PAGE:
Costa Rica Votes For A New President, With Same-Sex Marriage Rights At The Forefront
Costa Ricans are heading to the polls on Sunday to choose a new president. The race is largely upended by a debate over gay rights as many candidates in the crowded field strongly oppose same-sex marriage, which many Latin American countries have recently instated.
The Inter-American Court of Human Rights called for equal sex civil marriage rights, early in 2018. IACHR decisions are binding for Costa Rica, as signatory countries are required to allow it.
All of the race's candidates announced their support or willingness to respect the IACHR ruling, with the exception of evangelist and contemporary Christian singer Fabricio Alvarado of the National Restoration Party.
He jumped to first place in the polls at around 17 percent, up from 3 to 5 percent before his expressing his stance, according to a poll published Jan. 31 by the University of Costa Rica's Center for Research and Political Studies. No other candidates have condemned the ruling.
Following Alvarado are three candidates who were top in the polls until the ruling. Trailing behind Alvarado is Antonio Álvarez Desanti, a banana businessman and candidate of the National Liberation Party, which has won the presidency in nine out of the 16 elections. Juan Diego Castro of the National Integration Party and Rodolfo Piza Rocafort of the Social Christian Unity Party are also contenders. There are 13 candidates altogether.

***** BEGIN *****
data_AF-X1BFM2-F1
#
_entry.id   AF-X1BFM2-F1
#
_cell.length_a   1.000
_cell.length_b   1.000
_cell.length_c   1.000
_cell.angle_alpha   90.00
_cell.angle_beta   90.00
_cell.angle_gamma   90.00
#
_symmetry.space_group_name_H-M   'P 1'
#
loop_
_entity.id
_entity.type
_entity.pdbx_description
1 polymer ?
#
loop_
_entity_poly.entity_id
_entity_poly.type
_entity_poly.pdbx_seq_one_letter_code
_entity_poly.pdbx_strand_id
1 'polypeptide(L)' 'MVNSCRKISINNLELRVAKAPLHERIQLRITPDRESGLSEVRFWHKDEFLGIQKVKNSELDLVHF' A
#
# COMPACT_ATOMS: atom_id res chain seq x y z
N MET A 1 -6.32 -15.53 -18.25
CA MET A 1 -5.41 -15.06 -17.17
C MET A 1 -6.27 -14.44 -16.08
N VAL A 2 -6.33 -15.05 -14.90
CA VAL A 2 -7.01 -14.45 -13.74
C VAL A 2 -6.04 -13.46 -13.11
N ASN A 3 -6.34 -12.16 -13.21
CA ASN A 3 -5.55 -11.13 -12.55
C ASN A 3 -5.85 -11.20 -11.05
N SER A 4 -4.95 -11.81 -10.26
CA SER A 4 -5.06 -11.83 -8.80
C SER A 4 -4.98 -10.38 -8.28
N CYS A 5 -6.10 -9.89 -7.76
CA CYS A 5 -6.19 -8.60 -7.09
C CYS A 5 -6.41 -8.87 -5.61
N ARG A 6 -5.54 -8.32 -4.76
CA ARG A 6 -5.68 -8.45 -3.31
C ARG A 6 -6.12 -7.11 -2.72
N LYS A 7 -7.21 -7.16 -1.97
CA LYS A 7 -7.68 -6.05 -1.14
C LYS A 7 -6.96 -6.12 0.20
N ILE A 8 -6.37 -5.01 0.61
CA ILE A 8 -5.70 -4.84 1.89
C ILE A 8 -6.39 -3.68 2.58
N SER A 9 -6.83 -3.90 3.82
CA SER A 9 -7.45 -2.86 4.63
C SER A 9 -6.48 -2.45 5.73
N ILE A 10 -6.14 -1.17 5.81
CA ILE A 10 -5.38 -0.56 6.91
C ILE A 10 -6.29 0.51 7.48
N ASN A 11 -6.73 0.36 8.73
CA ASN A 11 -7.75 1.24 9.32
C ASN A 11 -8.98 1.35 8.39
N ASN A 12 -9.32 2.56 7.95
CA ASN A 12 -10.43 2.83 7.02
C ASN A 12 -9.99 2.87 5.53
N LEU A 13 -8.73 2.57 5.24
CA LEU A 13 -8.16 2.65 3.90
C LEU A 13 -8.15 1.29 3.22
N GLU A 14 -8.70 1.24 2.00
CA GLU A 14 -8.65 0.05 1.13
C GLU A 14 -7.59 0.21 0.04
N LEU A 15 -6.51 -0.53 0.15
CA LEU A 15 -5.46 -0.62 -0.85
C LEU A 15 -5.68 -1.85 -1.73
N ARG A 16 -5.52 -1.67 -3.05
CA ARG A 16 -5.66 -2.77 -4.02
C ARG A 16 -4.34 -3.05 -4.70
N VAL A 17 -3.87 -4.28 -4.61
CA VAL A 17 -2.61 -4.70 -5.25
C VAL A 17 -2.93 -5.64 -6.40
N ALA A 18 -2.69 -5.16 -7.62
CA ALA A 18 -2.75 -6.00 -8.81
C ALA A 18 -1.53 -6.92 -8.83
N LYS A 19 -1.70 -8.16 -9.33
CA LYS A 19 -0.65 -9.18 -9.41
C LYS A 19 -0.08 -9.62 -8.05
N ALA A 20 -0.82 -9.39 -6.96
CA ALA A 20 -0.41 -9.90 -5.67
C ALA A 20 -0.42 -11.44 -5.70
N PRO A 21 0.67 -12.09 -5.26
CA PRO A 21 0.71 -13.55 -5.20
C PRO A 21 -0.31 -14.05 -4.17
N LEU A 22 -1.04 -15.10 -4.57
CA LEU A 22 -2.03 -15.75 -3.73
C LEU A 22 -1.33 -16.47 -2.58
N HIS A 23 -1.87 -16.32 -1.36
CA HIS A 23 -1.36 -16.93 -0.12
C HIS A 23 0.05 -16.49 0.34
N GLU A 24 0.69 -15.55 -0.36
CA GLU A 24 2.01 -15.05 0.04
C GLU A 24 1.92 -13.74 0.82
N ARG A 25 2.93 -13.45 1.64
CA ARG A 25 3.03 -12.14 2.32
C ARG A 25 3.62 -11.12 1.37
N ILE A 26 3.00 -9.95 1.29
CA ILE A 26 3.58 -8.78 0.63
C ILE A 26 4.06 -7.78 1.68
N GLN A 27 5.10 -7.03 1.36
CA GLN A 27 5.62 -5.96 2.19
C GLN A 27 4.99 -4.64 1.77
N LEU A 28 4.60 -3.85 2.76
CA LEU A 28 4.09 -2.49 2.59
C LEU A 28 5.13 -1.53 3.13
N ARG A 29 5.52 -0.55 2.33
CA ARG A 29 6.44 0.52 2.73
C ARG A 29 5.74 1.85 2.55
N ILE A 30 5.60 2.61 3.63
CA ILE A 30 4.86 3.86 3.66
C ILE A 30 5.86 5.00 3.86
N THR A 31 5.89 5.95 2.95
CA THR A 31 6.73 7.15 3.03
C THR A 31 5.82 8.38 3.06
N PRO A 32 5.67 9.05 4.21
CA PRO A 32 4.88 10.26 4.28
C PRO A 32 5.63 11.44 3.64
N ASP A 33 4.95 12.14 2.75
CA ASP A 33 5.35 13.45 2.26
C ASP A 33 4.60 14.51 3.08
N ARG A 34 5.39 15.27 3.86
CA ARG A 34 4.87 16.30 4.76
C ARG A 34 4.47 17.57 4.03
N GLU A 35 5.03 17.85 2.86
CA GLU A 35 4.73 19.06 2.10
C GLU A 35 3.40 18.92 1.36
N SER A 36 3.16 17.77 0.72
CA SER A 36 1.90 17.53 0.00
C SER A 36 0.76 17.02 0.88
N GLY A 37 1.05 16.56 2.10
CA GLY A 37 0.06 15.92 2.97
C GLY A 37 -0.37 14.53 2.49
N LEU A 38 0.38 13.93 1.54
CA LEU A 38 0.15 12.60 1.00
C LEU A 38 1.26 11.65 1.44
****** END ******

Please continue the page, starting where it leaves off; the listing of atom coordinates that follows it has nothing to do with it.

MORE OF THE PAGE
The Pew Research Center found that 29 percent of Costa Ricans support same-sex marriage, and 61 percent are opposed. The country's 3.3 million voters are predominantly Roman Catholic.
If no candidate tops 40 percent in the vote, the first two finishers advance to a runoff scheduled for April 1 — which happens to be Easter Sunday.
"Poll respondents are more fickle than ever, going from undecided to decided and back," said Felipe Alpízar, director of the University of Costa Rica's Center for Research and Political Studies.
Costa Rica's current president, Luis Guillermo Solís, won the presidency in a landslide four years ago. His term has been rocked by an influence peddling scandal. Costa Rican presidents cannot seek reelection to the office until at least eight years after their term ends.
Polls will close Sunday at 9 p.m. E.T.
Copyright 2020 NPR. To see more, visit https://www.npr.org.